By setting up their own enterprises and investing capital in them, Dalit entrepreneurs are signaling that they are not averse to risk. Several are unwilling to take a chance on discrimination by their dominant caste colleagues. Aware of the reality out there, some have changed or dropped their surnames if these reveal their Dalit origin.

The successful entrepreneurs now they want to help others in the community.

Some are hiring Dalits in their companies. They are also trying to remove hurdles that they encountered when they were starting off as aspiring entrepreneurs.

One such hurdle is access to capital. Although there are government institutions such as the National Scheduled Caste Finance and Development Corporation, that extends loans to Dalits, these loans are small and given in installments. Besides, existing funding mechanisms are largely against collateral. This means they are beyond the reach of a large number of aspiring Dalit entrepreneurs, DICCI's chairman Milind Kamble pointed out.

This prompted DICCI to set up a US$100 million venture capital fund for Dalits last year that is scheduled to open up for business in a few months. Several Dalit millionaires including Khade and Kamble have contributed to this fund.

Another body which has pitched in to help aspiring Dalit entrepreneurs is the Confederation of Indian Industry. Last year it agreed to work with DICCI to increase sourcing of goods and services from Dalit entrepreneurs by 10-20%.

The success of some Dalit entrepreneurs, their entry into the exclusive millionaire club is often attributed to opportunities opened up by economic liberalization.

A recent study by the Center for the Advanced Study of India of the University of Pennsylvania covering 19,071 Dalit households in Bilaria Ganj block in Azamgarh district and Khurja block in Bulandshahr district (both in the northern state of Uttar Pradesh) found that Dalit lifestyles have undergone "massive changes" since 1990.

In terms of asset ownership, for instance, between 1990 and 2007, the proportion of Dalit households in the sample with a television set jumped from 0.9% to 22% in Azamgarh and 0.7% to 45% in Bulandshahr. The study found a "very substantial improvement in housing" with 64.4% and 94.6% in Azamgarh and Bulandshahr respectively reporting they now live in pakka (concrete) housing compared to 18.1% and 38.4% respectively in 1990.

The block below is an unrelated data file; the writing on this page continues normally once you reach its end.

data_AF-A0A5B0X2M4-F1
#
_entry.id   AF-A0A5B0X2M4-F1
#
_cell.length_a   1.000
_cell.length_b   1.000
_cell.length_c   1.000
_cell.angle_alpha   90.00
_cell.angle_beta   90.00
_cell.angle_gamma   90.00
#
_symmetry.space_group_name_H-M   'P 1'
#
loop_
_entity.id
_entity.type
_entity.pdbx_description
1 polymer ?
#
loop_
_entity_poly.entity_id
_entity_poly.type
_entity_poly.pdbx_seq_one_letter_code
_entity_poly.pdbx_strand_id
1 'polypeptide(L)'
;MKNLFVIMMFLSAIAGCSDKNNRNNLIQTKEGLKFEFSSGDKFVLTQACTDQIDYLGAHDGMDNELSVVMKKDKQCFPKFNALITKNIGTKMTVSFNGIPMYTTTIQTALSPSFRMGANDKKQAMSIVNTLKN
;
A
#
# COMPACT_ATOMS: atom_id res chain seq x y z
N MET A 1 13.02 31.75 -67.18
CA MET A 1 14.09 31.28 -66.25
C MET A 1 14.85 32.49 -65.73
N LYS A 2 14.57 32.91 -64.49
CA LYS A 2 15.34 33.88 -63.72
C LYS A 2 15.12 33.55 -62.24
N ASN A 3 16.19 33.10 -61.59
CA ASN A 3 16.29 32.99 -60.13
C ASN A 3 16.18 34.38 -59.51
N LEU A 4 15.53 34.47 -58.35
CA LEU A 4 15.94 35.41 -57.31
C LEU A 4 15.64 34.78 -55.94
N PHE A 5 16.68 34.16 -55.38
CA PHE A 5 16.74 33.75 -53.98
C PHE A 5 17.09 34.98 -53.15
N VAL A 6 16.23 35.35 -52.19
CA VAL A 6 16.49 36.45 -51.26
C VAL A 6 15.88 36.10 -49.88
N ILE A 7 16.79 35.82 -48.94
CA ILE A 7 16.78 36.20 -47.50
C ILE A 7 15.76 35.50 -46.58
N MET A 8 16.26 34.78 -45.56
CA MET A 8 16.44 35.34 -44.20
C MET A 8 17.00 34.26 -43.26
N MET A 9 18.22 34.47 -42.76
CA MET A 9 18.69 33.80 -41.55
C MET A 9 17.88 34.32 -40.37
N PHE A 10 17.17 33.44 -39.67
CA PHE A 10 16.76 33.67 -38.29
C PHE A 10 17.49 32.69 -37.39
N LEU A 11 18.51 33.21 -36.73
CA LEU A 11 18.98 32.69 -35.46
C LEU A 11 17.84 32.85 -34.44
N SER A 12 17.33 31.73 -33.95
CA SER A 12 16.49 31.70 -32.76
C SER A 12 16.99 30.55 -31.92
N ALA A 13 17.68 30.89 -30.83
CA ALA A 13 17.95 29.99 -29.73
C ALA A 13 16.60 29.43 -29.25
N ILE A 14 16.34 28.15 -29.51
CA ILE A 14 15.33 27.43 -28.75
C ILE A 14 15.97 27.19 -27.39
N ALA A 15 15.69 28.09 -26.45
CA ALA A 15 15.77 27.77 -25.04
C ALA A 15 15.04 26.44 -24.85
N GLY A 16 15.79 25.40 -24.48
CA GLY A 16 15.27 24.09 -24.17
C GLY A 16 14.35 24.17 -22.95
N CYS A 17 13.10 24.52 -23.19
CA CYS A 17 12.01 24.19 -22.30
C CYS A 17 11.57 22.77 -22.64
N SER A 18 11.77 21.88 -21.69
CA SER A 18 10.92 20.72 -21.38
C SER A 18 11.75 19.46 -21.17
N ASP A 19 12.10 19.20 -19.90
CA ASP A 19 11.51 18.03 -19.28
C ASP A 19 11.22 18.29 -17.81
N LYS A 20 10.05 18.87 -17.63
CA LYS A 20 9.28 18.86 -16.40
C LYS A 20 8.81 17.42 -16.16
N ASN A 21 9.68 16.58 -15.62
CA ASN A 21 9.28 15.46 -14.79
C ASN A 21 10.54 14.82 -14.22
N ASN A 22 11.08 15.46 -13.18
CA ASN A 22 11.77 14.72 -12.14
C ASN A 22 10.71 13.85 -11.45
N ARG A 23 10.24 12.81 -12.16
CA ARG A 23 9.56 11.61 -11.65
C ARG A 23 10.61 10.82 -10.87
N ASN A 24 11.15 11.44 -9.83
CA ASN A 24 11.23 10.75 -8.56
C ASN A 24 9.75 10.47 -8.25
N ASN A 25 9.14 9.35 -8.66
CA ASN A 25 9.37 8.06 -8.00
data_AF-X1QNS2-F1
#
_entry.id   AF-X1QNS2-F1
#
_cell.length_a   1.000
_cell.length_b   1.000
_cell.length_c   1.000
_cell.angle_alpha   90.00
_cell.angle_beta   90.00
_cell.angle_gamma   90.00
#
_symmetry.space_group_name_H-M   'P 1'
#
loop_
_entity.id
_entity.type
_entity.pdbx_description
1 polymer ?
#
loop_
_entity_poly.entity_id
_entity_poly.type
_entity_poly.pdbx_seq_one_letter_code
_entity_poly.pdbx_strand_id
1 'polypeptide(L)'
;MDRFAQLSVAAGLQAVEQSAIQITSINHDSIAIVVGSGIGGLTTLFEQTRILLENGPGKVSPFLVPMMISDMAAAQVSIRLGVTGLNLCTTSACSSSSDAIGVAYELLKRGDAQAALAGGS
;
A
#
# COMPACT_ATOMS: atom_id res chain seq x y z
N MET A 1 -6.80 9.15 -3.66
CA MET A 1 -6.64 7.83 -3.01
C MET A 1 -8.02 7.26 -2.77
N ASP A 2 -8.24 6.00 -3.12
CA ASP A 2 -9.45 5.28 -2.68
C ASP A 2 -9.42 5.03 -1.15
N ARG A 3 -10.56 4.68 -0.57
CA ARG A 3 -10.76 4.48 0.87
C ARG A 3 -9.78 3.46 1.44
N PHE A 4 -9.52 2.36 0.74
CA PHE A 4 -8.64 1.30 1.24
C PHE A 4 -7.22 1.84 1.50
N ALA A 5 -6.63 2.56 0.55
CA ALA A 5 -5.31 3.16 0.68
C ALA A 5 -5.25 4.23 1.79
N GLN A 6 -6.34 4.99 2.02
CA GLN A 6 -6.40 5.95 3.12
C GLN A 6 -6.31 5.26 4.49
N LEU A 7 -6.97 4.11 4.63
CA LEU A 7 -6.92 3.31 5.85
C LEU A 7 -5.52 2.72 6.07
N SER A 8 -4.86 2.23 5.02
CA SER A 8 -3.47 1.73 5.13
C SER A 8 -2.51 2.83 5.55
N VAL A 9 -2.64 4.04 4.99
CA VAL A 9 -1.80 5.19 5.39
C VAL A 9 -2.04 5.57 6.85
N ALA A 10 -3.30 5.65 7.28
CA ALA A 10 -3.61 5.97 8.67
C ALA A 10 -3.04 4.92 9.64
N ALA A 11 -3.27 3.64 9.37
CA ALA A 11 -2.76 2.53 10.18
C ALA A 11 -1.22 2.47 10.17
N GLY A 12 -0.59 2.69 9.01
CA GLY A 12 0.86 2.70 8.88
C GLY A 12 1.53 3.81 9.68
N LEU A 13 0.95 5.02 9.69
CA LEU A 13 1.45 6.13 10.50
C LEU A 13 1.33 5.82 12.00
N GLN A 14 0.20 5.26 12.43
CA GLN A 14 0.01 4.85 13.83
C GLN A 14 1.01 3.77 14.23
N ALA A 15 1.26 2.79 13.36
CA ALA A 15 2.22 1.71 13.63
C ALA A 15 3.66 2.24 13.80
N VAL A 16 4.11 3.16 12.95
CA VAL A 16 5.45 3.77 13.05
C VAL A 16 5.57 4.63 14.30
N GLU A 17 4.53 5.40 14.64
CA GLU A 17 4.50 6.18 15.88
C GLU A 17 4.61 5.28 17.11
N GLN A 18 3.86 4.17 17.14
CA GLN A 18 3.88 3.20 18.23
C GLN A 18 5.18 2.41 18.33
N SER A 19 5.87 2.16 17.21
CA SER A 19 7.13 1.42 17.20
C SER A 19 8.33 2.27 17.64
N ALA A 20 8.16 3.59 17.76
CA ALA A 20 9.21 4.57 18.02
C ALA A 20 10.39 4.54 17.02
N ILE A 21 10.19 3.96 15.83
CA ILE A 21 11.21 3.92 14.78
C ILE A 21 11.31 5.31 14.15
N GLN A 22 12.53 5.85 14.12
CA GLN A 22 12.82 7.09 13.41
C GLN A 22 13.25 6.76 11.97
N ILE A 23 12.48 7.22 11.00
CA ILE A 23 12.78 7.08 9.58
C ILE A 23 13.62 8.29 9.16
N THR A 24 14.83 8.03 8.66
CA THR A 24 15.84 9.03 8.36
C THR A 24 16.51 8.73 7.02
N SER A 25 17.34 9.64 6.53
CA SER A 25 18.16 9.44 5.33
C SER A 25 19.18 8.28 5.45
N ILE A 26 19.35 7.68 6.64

Many are unwilling to attribute the improvement in the Dalit situation to economic liberalization. "Behavioral and lifestyle changes are natural with time and circumstances," Vivek Kumar, sociology professor at the Jawaharlal Nehru University in New Delhi, told The Mint, a business daily.

Others argue that the Dalit situation has in fact worsened with the state increasingly pulling out of health, education, etc since 1990. Denied of subsidies and safety nets that were available pre-1990, Dalits are running into huge debts to pay for healthcare or worse.

Analysts like P Sainath have drawn attention to economic liberalization's impact for India's poorest, the bulk of who are Dalits. This impact has been brutal especially for those in agriculture, which is where most Dalits are employed. Over the past 15 years, over a quarter million farmers - most of them are likely to be Dalits - have committed suicide on account of mounting debt.

Thus not all of India's Dalits have any reason to celebrate liberalization. In fact the majority are not. The phenomenon of Dalit millionaires after all is hardly representative of the Dalit reality.

While liberalization of India's economy has facilitated the emergence of Dalit millionaires, the significant role of literacy and political empowerment - the rise of Dalit politics coincided with liberalization - cannot be ignored. A common feature of the Dalit millionaires is that they have had some education.

While education provided the foundation, liberalization opened up opportunity.

Sudha Ramachandran is an independent journalist/researcher based in Bangalore. She can be reached at sudha98@hotmail.com